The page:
Column: Ban homeless encampments everywhere? It might have more support than liberals think

Column: Ban homeless encampments everywhere? It might have more support than liberals think


11/27/2021 4:04:00 PM

Column: Ban homeless encampments everywhere? It might have more support than liberals think

A new plan by Councilman Joe Buscaino probably won't work. But even the most liberal of Angelenos seem fed up with homeless people living everywhere.

PrintScott Culbertson is conflicted. Not to mention frustrated. And sad. And disappointed. And, frankly, just fed up.Angelenos, I suspect many of you can relate.For almost two years, the executive director of the Friends of Ballona Wetlands has watched with dismay as an encampment of broken down RVs and buses has become a permanent fixture along Jefferson Boulevard, just west of Lincoln Boulevard in Playa del Rey.

When I spoke to Culbertson over the summer, he told me how the few dozen occupants had been making frequent incursions into the Ballona Wetlands Ecological Reserve and adjacent freshwater marsh, leaving mounds of trash and causing brushfires.Advertisement

has gotten worse, both in terms of the environmental damage and the equally obvious, but far less measurable — and far more important — human suffering. I live nearby and see it every day.Culbertson had pinned his hopes on promises by the city to do regular cleanups of the encampment. And for the most part, the city has followed through. It just doesn’t look like it.

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“Everybody who is living along there, they know the game now,” he told me a few hours after a pointless pre-Thanksgiving cleanup. “As soon as the L.A. sanitation workers leave, everybody puts their stuff right back out.”These past few months have left Culbertson at a loss for what do next, other than wait for action on a couple of

new city policiesthat could beef up enforcement.“Even the most liberal folks, like me, have begun to lose patience with the homelessness situation,” he admitted.::I thought about my conversation with Culbertson while listening to L.A. City Councilman Joe Buscaino on Tuesday, as he pitched a specious ballot measure that would bar homeless people from sleeping or camping in all public spaces if they have turned down shelter or housing.

“We all agree that the only solution to homelessness is housing,” he told his fellow council members. “Why would we continue to allow someone to continue to live on public property if a safer, healthier alternative is available? When we allow camping in public even when safer alternatives exist, we’re allowing someone’s addiction to take their lives.”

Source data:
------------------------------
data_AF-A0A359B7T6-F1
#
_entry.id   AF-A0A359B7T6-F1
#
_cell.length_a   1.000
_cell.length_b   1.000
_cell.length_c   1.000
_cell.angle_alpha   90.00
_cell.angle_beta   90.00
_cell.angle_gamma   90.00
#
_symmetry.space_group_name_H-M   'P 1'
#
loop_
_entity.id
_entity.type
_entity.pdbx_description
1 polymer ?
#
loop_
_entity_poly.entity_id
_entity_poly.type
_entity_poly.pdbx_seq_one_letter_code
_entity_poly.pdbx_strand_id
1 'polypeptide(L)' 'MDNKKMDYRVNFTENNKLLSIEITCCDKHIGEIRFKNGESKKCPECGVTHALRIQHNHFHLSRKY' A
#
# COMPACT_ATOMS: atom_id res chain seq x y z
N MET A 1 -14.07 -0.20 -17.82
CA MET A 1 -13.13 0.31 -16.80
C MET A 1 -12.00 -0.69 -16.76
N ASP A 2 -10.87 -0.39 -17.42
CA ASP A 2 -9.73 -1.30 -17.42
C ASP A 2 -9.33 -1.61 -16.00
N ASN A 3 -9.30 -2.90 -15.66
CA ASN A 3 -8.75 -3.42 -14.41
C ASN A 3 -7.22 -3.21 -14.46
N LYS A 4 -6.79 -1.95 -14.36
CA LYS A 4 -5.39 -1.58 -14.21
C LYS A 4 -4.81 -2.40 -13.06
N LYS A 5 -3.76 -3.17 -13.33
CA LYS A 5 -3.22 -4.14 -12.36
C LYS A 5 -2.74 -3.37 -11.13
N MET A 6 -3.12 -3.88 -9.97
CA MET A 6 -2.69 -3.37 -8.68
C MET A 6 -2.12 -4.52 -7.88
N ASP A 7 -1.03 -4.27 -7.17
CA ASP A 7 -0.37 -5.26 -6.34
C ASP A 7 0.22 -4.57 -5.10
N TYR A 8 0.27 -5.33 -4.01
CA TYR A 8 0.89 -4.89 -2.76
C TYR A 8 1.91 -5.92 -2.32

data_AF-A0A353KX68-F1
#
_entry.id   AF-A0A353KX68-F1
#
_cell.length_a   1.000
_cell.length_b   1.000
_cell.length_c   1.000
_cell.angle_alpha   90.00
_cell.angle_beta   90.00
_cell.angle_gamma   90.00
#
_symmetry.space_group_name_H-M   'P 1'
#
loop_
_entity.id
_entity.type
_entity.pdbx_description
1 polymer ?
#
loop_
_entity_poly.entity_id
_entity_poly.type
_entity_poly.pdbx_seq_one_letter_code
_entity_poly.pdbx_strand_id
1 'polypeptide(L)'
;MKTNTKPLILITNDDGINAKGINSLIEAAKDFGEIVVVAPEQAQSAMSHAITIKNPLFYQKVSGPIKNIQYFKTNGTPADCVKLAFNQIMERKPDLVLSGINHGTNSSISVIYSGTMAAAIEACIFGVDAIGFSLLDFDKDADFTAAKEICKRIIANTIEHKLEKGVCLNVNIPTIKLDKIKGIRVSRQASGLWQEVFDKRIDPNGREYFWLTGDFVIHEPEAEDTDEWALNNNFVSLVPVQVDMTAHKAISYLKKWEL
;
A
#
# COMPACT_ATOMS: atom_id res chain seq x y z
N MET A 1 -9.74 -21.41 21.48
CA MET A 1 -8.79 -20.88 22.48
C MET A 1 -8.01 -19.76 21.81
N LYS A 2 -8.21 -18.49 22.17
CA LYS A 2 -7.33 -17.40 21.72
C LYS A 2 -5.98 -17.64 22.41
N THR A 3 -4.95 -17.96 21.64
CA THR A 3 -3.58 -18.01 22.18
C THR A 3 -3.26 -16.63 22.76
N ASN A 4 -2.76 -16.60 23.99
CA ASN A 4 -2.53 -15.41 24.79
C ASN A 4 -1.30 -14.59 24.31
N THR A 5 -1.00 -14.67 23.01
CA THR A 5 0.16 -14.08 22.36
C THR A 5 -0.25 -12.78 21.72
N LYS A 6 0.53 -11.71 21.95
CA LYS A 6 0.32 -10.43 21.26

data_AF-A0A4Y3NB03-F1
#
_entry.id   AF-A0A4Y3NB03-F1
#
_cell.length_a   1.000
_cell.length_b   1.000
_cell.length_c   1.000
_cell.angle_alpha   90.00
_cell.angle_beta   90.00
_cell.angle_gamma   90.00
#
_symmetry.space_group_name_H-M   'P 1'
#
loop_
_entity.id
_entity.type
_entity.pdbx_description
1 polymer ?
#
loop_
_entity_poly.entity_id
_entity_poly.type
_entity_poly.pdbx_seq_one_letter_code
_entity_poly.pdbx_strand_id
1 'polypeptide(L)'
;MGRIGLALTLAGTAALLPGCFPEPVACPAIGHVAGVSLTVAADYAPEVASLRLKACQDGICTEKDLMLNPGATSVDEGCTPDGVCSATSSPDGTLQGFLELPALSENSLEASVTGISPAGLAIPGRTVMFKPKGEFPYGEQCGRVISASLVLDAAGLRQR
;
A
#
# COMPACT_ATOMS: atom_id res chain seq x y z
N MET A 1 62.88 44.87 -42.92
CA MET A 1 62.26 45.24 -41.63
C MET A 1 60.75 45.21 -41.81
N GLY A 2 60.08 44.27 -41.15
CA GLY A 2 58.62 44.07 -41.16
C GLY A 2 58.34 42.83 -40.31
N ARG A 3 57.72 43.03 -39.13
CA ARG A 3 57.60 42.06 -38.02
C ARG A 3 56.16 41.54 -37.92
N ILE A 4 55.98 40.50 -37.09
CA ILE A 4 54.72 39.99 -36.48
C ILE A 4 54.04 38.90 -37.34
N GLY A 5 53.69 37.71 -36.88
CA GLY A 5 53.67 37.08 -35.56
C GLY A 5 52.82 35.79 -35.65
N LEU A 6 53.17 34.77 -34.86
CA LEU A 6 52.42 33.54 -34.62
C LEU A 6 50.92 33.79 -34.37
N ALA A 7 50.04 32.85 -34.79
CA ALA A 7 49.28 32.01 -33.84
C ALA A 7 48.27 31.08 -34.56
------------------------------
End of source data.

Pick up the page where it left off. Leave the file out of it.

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Buscaino wants to give whoever is mayor the authority to waive land-use and zoning rules “to urgently site homeless housing projects,” and ramp up the construction of emergency shelters.“Contrary to what you’re hearing from advocates and others, this is not criminalizing someone for having no place to sleep,” he said Tuesday. “If there’s no appropriate shelter available, there will be no enforcement.”

Buscaino claims he is being driven by “mercy” and “compassion” for the tens of thousands of Angelenos who are living on sidewalks and under freeway bridges. But he also is running for mayor on a platform of cracking down on encampments.Los Angeles mayoral candidate Joe Buscaino at a news conference in June on the Venice Boardwalk, where he announced his plans to address homelessness.

(Al Seib / Los Angeles Times)Moreover, he has a habit of insinuating that many homeless people won’t accept help because they are struggling with drugs or mentally illness when, in reality, many are just too poor to afford housing. So there are plenty of reasons to question the purity of his motives.

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It’s not entirely surprising, then, that the City Council punted. Rather than approve or reject Buscaino’s request to have the city attorney draft language for his ballot measure, they shipped it to the Homelessness and Poverty Committee for an overhaul.

Some, including Councilman Mike Bonin, were particularly uneasy with its focus on enforcement and the prospect of forcing homeless people, en masse, into temporary emergency housing.“Do we want to solve homelessness? Or do we want to address the problem of homeless encampments? This does the latter,” he said of the proposed ballot measure. “Homeless encampments are unacceptable, and they’re unsafe and they’re unsanitary. But the way to get rid of homeless encampments is to get rid of homelessness ... by giving people housing.”

If only L.A. were ready for all that.In response to the council’s action, Buscaino’s campaign vowed to collect the 65,000 signatures necessary to put the measure before voters on the June 2022 ballot. He also criticized his colleagues in a campaign email, saying they “are more interested in the right to sleep on the sidewalk than the right to housing.”

Buscaino aims for November 2022 for anti-camping ballot measure after council defers actionBuscaino’s measure would prohibit people from sleeping or camping on sidewalks and other public spaces if they have turned down offers of shelter.What’s striking about this rhetoric is how similar it is to what Sacramento Mayor Darrell Steinberg has been saying lately. And Steinberg, in contrast to Buscaino, is known in political circles for having compassion for the unhoused, both as author of California’s Mental Health Services Act and as co-chair of a statewide task force on homelessness.